By the Creator, it is true. The truth in that old chestnut of a joke we all told way back when. Justice for Indians? Look at the jails it’s just us.
A federal ombudsman in the form of correctional investigator Howard Sapers reported last week that the Canadian justice system engaged in systemic discimination against Aboriginal people. Hmm, you don’t say…
One statistic in his report, however, stands out. Of the general Canadian population, 117 out of 100,000 people are now incarcerated. But 1,024 of every 100,000 Native people are now behind bars in this country, for an incarceration rate that is 10 times higher.
Given that Women’s History Month’s theme is: Aboriginal Women; the Journey Forward, looking at prison population figures for Aboriginal women makes one wonder just where that journey forward will lead. Aboriginal women make up 32 per cent of all females in federal custody today. What will the next decade mean for them? Overall Aboriginals represent 18.5 per cent of the prison population while forming only 2.7 per cent of Canada’s population.
As if we didn’t already know there was a problem in the system. The Just’us joke is as old as the real problem is old and tired.
Yes, it was just us but this is just for us the flavour of the hour.
Just as mold in over-crowded houses was a problem and a national tragedy not so long ago. A few million dollars were tossed out while the problem was studied. Is the study over and is there a solution?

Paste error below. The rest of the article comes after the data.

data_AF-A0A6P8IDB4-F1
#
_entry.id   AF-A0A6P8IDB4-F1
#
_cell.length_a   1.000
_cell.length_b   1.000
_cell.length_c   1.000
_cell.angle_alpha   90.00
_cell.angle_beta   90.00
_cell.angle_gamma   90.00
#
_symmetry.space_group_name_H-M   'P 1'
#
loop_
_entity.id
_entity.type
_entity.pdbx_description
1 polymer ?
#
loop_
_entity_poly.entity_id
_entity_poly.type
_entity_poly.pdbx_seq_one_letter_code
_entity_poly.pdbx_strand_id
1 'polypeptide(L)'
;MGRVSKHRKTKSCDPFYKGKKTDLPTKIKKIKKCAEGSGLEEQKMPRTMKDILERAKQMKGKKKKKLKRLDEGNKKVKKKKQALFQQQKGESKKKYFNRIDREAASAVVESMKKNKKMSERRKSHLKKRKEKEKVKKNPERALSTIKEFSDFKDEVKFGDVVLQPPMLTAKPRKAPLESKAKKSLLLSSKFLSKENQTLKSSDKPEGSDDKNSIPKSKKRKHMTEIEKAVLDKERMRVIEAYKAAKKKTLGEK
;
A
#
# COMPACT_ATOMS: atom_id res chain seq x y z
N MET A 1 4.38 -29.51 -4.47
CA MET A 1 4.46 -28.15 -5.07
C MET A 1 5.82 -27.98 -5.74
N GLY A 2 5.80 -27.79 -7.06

Wasn’t the high rate of suicide among First Nation youth a hard-hitting story nationally? Wasn’t there concern? Wasn’t there a study to see what to do next? Was it ignored? Who knows these answers?
Water, safe drinking water on Native reserves, became an issue. Every single community that benefited from upgrades was showcased. Just how many are those and how many are still waiting? Perhaps a study should be made?
Diabetes, with rates approaching 20 percent, would make any other population cry pandemic. A few programs are cobbled together but rates remain unchanged.
Another hard-hitting story runs its course and the problem is safely and largely forgotten until the next time.
Just for the record, Public Safety Minister Stockwell Day denied any discrimination exists in Canada’s prisons. I’m still waiting for him to change his name to Doris as the petition was something he believed in too. He still hasn’t changed his name or undoubtedly his mind.
This is just a fragment of the mindset of the unlamented Canadian Alliance, who believed Canada’s Aboriginal populations lived in the equivalent of a South Sea island paradise. Hell, the only discrimination they seemed to see was that the First Nations had a few rights they didn’t expect. And if they couldn’t have them then nobody should. The right to land, the right to expect the rule of law to be just and so on.
I have thought of a just course and think we should adopt Stockwell Day. Let’s give him what we have. The South Seas would look so different if you were an islander instead of a tourist with a wet suit photo op.
A challenge to you, Minister Day, is to walk a mile in our footsteps. After all, you have asked us to walk in yours. One on one or in groups isn’t living a First Nations life.
Let’s make this story different from the rest or at least give prisons reserve status if you plan to send so many of us there.
It probably won’t be as the National Chief said, “First Nations poverty is the single largest social justice issue in Canada today.” Given that this is the International Week to Eradicate Poverty, the prison story will hit the back burner as usual. The tears will be targeted as pictures of Aboriginal poverty designed to tug at heartstrings will hit mainstream media.
But what will come of it? A few tears and then a few years… behind bars. Such is the Canadian way.